Sennheiser Headphone renovation for next to nothing...

I've just finished renovating a vintage pair of Sennheiser HD420 headphones that I've owned for over forty years. The renovation was cheap; it was simple and took no more than half an hour to complete.
But why waste time on a forty year old piece of electronics? Surely modern headphones are much better and only a click of a mouse away? Well, maybe, but I love the sound of these old phones and they are so light on my head I can wear them for hours - even with glasses.
I bought my Sennheiser HD420's when they first came out in the late seventies. Since then, they've been my choice in headphones over any newer headphones I have bought or listened to. They are one of the most openly transparent, detailed headphones I have ever listened to - if perhaps a touch light at the bottom end. They do benefit from being driven from a higher voltage source such as a hi-fi amp rather than straight from an iPod or MP3 player but they still sound good on portable devices.
So what was wrong with them? The foam earpads had perished and had literally gone to pieces inside the cloth covers and the headphones were becoming uncomfortable to wear. I tried looking on Sennheiser's web site - and their support site - for replacement pads, but it appears that you cannot get hold of them any more. Such a pity.

There are other HD420 owners on the Internet also seeking replacement earpads so I thought I'd see what else I could do - and hope that my findings are of use to others.

The Sennheiser HD420 earpieces come in three parts. There's the transducer in its plastic housing, an acoustic foam insert and a cloth cover that holds the foam to the transducer. As long as the cloth cover is intact and the headphones work, then all you have to do is replace the pads.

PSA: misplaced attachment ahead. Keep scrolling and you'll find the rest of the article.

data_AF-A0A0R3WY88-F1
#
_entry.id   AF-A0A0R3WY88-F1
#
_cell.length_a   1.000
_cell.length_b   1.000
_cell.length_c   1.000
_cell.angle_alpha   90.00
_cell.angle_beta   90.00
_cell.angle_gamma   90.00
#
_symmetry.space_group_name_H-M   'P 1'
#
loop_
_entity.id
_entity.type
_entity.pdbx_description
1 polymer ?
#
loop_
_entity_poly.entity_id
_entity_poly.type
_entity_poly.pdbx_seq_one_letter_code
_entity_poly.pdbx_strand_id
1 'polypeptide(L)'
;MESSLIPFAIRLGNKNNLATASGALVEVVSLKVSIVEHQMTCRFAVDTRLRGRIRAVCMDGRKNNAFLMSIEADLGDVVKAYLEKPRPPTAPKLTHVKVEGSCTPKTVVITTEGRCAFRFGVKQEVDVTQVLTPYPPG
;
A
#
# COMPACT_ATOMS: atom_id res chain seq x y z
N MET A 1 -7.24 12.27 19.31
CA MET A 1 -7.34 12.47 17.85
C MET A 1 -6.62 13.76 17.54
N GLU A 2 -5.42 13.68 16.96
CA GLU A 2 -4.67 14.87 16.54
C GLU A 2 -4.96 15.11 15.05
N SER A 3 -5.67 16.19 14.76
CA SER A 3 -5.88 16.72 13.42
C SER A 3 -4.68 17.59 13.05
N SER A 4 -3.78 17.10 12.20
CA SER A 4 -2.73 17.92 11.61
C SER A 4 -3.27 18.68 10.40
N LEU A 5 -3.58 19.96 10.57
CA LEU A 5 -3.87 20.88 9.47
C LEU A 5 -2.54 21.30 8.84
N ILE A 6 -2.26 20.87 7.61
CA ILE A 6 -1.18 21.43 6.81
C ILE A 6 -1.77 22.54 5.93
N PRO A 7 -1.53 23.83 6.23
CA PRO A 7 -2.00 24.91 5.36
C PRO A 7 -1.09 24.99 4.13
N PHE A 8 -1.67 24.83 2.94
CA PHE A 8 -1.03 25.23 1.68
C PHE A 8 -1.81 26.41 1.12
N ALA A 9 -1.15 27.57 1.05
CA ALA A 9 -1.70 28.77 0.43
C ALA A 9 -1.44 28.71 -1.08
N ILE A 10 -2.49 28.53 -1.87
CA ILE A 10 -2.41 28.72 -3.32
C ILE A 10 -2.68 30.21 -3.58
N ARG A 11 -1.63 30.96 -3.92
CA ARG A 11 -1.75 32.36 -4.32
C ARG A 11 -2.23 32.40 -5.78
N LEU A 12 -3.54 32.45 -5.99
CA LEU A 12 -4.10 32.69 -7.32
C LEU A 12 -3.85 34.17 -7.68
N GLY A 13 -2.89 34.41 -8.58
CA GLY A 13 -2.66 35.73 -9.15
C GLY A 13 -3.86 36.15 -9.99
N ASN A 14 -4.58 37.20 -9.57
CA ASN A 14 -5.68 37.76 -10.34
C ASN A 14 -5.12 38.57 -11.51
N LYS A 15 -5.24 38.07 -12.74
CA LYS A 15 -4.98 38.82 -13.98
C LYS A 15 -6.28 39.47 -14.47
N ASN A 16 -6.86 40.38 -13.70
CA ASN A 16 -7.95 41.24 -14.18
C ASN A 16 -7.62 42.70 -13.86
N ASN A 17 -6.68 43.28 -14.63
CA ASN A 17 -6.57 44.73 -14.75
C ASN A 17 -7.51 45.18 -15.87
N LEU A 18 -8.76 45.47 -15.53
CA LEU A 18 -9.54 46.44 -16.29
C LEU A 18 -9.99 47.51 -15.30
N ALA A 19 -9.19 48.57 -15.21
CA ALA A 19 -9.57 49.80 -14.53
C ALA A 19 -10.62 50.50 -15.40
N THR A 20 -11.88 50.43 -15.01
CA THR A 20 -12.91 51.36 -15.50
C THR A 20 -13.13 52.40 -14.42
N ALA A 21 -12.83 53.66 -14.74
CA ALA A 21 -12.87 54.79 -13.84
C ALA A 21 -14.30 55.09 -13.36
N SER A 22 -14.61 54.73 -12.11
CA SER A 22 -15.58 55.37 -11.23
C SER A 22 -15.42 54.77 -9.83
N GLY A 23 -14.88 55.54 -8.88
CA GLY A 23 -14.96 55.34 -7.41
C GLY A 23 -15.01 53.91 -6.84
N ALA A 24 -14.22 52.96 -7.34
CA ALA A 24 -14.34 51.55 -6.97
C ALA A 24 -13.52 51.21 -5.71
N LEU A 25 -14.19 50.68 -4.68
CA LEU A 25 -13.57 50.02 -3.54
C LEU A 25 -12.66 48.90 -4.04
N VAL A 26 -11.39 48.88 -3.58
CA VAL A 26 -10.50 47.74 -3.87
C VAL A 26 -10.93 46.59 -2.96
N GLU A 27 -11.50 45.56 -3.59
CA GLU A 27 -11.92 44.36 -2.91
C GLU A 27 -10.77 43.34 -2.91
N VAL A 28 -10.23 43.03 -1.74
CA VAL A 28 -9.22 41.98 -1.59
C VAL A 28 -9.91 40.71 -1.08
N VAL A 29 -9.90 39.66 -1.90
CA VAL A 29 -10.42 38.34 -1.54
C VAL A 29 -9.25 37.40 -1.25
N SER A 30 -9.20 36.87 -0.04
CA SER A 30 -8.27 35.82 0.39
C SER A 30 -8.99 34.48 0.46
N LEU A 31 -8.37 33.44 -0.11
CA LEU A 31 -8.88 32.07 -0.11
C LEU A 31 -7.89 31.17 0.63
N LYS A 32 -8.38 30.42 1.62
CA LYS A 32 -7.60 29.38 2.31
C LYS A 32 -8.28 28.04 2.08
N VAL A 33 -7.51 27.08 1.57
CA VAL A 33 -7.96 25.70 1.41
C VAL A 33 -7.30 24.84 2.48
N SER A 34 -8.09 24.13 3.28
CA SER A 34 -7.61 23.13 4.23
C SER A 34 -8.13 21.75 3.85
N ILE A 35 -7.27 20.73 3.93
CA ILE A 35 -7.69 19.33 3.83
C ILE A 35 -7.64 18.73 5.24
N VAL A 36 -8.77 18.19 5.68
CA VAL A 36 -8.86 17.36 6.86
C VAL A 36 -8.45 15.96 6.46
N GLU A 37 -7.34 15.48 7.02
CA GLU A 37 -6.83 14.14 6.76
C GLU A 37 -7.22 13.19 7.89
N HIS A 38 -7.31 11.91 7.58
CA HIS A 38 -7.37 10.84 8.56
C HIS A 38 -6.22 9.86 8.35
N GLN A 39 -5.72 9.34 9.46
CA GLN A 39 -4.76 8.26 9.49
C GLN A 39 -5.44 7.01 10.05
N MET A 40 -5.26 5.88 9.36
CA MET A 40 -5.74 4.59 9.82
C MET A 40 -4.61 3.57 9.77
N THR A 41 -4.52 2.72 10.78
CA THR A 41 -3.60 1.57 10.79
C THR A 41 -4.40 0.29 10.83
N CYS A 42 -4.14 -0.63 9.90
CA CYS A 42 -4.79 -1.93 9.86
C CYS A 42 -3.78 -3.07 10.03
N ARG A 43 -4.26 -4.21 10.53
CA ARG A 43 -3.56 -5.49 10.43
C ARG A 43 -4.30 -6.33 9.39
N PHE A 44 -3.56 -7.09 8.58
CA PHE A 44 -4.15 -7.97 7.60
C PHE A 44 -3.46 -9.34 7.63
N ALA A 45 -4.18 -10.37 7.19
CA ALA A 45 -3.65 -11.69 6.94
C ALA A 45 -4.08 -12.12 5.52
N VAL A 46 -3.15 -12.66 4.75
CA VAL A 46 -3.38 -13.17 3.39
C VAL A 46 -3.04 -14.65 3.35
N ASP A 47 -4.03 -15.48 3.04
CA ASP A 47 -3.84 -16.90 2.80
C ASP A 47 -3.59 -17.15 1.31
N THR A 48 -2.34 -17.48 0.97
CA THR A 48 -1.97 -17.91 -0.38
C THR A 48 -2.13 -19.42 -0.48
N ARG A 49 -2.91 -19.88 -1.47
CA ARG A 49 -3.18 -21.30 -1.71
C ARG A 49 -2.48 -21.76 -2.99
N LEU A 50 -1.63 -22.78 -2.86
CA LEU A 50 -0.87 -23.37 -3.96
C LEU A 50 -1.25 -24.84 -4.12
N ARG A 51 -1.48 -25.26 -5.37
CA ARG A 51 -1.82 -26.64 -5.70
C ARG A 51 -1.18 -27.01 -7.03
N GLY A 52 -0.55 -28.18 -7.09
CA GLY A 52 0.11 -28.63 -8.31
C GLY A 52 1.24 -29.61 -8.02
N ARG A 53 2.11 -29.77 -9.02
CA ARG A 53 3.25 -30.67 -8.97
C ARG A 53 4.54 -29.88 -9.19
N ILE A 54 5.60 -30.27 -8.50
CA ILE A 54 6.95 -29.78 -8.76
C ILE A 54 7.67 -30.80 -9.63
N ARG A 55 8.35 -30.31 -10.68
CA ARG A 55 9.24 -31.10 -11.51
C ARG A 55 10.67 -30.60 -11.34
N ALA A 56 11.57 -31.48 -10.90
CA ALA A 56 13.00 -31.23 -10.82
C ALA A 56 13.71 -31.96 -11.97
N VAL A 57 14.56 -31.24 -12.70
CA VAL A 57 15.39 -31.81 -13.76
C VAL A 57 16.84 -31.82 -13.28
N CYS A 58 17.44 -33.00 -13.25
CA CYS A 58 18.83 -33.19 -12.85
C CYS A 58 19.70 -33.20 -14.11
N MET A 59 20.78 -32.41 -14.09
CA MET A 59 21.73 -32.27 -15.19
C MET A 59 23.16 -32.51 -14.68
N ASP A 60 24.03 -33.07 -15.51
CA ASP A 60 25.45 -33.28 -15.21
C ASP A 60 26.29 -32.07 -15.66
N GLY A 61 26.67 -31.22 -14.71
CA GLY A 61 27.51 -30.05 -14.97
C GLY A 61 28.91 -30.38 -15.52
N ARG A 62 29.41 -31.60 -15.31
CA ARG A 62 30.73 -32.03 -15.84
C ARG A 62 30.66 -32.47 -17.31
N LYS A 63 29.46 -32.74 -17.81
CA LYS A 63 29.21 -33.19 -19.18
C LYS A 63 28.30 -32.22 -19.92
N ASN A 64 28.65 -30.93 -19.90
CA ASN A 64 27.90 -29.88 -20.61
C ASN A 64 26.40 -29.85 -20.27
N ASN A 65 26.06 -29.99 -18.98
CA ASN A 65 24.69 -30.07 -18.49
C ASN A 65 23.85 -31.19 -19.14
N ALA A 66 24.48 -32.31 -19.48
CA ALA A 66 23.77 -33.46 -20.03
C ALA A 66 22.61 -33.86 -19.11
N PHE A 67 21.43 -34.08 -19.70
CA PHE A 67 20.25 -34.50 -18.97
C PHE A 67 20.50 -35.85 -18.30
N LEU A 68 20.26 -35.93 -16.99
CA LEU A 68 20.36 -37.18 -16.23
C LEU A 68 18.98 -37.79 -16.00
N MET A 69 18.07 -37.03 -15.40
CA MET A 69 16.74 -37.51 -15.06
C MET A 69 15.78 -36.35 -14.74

1. First measure the earpiece diameter (they are 80mm)
  2. Next search Amazon for "80mm replacement earpads"
  3. Buy one of the items that come up in the results
That's the easy bit.

When they arrive you have to replace them. This needs patience, fingers, kitchen paper and an old toothbrush. No other tools or you risk damaging the cloth cover or the headphones.
First you must tease off the cloth covers. Use your thumbnail and carefully ease the plastic surround all round before gently sliding the surround off the transducer.
When the cloth cover is off, clean as much of the old ear pad from the cloth as you can (in the picture all that orange crud is the old earpad).
Now, with a toothbrush (and nothing else!) gently brush all the compressed and rotten old earpad from the transducer. Be careful - the white in the transducer is material and this can easily be damaged if you use too much force. Remember it is forty years old!!

Here you see the new earpad with one of the cloth covers
Here you see the new earpad in position over the transducer
To re-fit the new pad and the cloth cover, first tuck the pad into the cover as seen here.
You now need to gently get the cover back on the transducer. I did this by holding the plastic surround in place with one finger while I gently eased the surround back into place around the transducer. The hardest part is the last inch so make sure that the last inch is away from the wire and the headband so you have the most control. Don't use tools or too much force or you'll tear the cover. Of course you can take the transducer off the headband (it just pulls off, but remember it is old so it could be brittle) and you can also pull out the wire, if this makes it easier. I decide not to do this and did not have any real issues, but the choice is yours.

Finally the restored Sennheisers, all padded out and once again, fit and ready to listen to.

Total cost?  less than £3.00 and under thirty minutes. Satisfaction?  Priceless.  :)